What have you all been up to? Please, do share via the comments – and also via the Inlinkz party. I’m preparing to fall down a rabbit hole as I play catch-up, not just on this Poetry Friday round, but also skipping back through previous weeks, too! 

You are invited to the Inlinkz link party!

Click here to enter

https://fresh.inlinkz.com/js/widget/load.js?id=c0efdbe6b4add43dd7ef

Paper Poetry

I’m popping in for Poetry Friday to share something a little bit different this week; a book I reserved at my library purely for the title. How could I not be intrigued by ‘Paper Poetry’? It’s a book of creative papercutting, by Helene and Simone Bendix, with photography by Ben Nason. It’s a luscious coffee table book. And it very much brings the lovely Linda Mitchell to mind!

I love that this book is called ‘Paper Poetry’ – because poetry is the art of words, and this book celebrates that in exquisite, detailed brevity. There were times that I forgot that I didn’t really have the time or the steady hand to produce these intricate creations. I imagined that I could – and my heart felt lighter. (And actually, there are some there that I am quite eager to try.) I marvelled at the craftsmanship and drifted through the papercut words.The poet in me also appreciated this quote at the end of the book. “Our handmade goods are for courageous women who want to add an element of poetic luxury to their everyday life. In some ways we feel fashion has lost that touch of poetry and fun…” I am all for a touch of poetry and fun in life – and I frequently find that clothes with personality help spread joy.

The book was an unexpected treat – and I’m delighted to share it with you, too. Now – to pick up scalpel and create some paper poetry of my own! But first, I’m off to check out the Poetry Friday link-up, at Mary Lee’s blog.

Sunny Side Up – Opposite Friends

This morning I was surprised by joy in my inbox. Margaret Simon was my PoetrySwap giver for this first round (when I was giving to Margaret, in return!🙃) and her joyful praise poem brought sunshine and smiles into my week.

Thank-you so much for these beautiful, encouraging words, Margaret. Hugging this poem to my heart. And thank-you Tabatha, for once again gifting us poetry; a reason to write, and a joy to receive.

I also wanted to share the link to an Aussie poet who experienced international success this week. I have not read Peter Ramm’s work yet – but I will be hunting it down. I love the backstory to his success. (Until 2016, he had not written a poem since high school.) Click across and read; The small town with a big potato that inspired a global poetry win.

Poetry Friday this week is hosted byCatherine at Reading to the Core. Hoping you all have a fabulous weekend!

Rainy Day Poetry – And Good News!

In February, the Poetry Sisters wrote Exquisite Corpse poems – and invited us to take part. And I did – but never got around to posting! (Story of my life, this year.🤦‍♀️) But during my travels around the North Burnett recently, I brought the exquisite corpse into Poetry Pep-up sessions. They were a great warm-up/ice-breaker activity. We were taken by the way different punctuation can produce different results; and the variety of visual images the same words inspired amongst participants – which was inspiration in itself, for further poetry. Here are some related to rain, which was in abundance at the time. All of them could be punctuated differently – and I’m not even sure that this is my preferred punctuation. 🙂 (You may have other interpretations?)

Pitter like soft feathers; mist falls. Happy thunder. Slip-bright truck-water.

Plop! Like a scout’s whistle, slippery trees, wading; cold tanks … floods.

Swoosh. Trickle like a treat, constant river splash. Quickly shelter. Verandah.

Over. As heavy as golf balls, washy river rattling melancholy chimney-skipping.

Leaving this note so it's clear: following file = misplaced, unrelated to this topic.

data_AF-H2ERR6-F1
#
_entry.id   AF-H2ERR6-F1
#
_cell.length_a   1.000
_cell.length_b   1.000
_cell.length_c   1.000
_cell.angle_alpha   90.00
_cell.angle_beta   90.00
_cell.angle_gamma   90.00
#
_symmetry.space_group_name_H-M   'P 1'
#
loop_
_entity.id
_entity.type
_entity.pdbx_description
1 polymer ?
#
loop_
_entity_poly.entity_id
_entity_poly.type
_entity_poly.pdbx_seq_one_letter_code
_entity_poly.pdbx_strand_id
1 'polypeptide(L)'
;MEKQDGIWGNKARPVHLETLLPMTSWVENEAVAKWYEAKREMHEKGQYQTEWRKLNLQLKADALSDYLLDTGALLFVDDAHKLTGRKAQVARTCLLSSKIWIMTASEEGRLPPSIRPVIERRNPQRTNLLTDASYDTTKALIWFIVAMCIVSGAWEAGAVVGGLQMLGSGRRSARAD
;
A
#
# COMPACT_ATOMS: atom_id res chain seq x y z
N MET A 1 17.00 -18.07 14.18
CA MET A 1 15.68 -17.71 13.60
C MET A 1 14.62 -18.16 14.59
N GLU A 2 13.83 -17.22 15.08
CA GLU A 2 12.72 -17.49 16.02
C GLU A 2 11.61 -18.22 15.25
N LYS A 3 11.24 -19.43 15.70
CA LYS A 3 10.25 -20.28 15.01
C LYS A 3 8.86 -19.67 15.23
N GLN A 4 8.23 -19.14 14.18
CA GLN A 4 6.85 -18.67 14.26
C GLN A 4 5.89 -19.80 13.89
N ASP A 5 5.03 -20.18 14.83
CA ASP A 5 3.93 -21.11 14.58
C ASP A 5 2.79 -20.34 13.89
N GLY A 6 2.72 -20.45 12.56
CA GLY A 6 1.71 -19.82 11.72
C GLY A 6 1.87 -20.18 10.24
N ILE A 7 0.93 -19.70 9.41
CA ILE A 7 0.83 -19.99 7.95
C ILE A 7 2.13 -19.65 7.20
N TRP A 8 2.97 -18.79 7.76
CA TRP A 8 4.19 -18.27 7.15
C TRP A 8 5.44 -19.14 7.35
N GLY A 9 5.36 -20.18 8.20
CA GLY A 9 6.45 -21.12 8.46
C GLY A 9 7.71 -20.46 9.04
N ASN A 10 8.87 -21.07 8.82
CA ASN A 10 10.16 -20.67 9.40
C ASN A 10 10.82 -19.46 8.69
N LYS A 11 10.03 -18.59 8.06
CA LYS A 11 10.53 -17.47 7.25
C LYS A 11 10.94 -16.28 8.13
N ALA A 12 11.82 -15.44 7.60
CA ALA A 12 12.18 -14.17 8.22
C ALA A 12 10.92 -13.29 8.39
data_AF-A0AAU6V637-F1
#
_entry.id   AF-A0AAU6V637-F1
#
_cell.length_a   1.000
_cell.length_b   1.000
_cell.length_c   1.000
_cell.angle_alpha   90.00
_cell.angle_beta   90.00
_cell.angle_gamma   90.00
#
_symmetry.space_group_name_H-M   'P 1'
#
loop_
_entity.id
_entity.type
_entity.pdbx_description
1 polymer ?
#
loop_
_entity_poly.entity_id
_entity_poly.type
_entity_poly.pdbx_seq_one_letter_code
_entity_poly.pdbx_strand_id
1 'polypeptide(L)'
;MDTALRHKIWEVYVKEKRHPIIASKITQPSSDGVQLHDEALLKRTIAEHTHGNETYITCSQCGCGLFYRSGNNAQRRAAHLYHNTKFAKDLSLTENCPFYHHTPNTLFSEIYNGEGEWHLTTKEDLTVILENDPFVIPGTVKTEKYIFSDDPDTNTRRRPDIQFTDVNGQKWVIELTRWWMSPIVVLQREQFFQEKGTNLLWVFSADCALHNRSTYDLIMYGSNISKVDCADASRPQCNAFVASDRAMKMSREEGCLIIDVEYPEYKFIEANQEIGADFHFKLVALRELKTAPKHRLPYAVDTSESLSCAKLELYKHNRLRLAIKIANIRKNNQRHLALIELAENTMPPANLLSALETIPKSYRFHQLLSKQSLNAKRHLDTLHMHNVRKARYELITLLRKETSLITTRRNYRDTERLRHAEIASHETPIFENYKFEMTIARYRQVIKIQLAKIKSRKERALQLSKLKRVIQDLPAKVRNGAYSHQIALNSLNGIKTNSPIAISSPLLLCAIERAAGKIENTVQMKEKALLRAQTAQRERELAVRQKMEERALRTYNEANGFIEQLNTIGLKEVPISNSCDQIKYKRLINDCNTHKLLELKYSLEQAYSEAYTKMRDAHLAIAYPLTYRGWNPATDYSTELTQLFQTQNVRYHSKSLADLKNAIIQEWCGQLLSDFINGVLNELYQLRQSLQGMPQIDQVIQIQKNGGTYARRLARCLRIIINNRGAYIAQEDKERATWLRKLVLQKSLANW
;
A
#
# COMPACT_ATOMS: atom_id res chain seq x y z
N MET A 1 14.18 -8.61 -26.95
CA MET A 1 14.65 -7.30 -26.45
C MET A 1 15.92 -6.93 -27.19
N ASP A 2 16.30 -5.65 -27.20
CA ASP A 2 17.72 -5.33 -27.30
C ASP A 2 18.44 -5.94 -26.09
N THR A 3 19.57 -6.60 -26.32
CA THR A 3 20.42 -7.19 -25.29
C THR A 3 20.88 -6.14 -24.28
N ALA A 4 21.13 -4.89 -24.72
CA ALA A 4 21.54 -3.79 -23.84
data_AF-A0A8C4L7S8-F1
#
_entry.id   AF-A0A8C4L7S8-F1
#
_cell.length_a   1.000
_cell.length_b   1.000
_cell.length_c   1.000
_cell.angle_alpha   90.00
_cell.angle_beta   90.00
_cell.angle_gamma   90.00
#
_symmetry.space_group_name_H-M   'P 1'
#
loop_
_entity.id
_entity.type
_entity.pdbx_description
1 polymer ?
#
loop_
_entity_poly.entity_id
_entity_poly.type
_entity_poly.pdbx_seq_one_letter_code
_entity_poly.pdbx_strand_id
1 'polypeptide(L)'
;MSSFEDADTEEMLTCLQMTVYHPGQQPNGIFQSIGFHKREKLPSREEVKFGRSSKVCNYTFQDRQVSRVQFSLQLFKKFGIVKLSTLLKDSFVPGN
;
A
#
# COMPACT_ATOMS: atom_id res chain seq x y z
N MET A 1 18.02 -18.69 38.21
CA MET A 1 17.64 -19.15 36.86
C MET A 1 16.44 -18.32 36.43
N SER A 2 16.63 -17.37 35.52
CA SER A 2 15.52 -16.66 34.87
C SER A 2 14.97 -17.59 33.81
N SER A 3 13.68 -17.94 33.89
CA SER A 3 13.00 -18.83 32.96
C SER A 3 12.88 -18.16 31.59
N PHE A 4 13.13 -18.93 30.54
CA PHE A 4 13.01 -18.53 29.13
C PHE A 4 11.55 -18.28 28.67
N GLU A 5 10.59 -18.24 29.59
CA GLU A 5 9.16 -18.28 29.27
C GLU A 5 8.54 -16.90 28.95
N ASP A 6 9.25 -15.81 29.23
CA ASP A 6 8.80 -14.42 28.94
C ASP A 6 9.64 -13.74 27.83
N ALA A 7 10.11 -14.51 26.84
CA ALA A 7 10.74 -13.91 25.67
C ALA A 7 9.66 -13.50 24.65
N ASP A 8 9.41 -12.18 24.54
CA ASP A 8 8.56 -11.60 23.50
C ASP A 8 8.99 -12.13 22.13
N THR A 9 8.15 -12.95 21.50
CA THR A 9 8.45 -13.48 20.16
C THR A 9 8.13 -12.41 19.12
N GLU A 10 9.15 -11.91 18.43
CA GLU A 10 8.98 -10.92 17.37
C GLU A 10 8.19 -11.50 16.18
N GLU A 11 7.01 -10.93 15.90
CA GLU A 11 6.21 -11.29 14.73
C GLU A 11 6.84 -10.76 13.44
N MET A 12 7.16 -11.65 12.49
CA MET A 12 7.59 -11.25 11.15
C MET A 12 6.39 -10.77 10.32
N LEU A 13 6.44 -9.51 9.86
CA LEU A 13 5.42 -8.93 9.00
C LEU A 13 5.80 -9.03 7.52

A drip hits the tin roof like splattering stones. Sombre castle; puddling, pattering, umbrella splatter.

Wooosh! I jump like a kangaroo; joyous. Puddle-melting, slippery-cloud gumboots.

Swoosh. As heavy as rocks; dark rainbow, dancing, exploring spit-creeks.

Churning like butter; pelting, swirling cool rainbow.

Clear gumboots. Runny wet puddle-drop.

(I was wanting to encourage playful use of onomatopoeia and creative similes – which you will recognise as the start point for these poems.)

Thanks to Karen aKaren Edmisten* who is hosting Poetry Friday today. I’m sure it will be raining creativity!

Oh – but before I go, I must also share the surprising joy I had this week, with the inclusion of ‘Miss Understood’ on the Speech Pathology Book of the Year Awards Shortlist. I had not expected that delightful bit of news in the same month that it released! (But I’ll take it.💕🐺💕)

Celebrating Miss Understood – Arooooooo!

What a thrill it was to celebrate the release of Miss Understood in the North Burnett Region, including launch celebrations with kids and staff – and my parents, too – at St Joseph’s Catholic School in Gayndah.

I’ve been very excited for the arrival of this book, because I kind of figured it would be a fun read aloud – but even I hadn’t realised how much scope there was. If you get into character and let go of inhibitions, it is a howl! (Especially when kids get into character, too, and start to see things from the wolf’s perspective (that would be, Miss Understood’s) – or in some cases, remaining loyal to those little stinkers and their porkie-pies.

It’s so much fun reading this book to kids! Who am I kidding??!? I love reading this book to anyone!!!🤭 (My brother scored a reading in his workplace last week. Now he knows how I expect him to read it. And he’s been practising.😹)

I must commend Beau Wylie on his choice of outfit for Miss Understood. She has great taste – and I rather like to emulate her!🐺 The touch of pink in both my 2022 books was also a gift and dressing for author events has been a delight.💕

🐺 Megan Daley (YKNR Podcast): I really, really enjoyed ‘Miss Understood’. It’s a fractured fairytale. It’s poetry. It’s full of puns. It’s got this wonderful beat and rhythm to it. It’s fantastic. A really, really clever little book.

🐺 What’s the Story Rory (Reading with a Chance of Tacos podcast): ‘I judged the book by its cover and I automatically knew I was going to love it – and the cover really lived up to the story… Really clever rhyme. Beautiful illustrations. Absolute joy to read… A brilliant book.’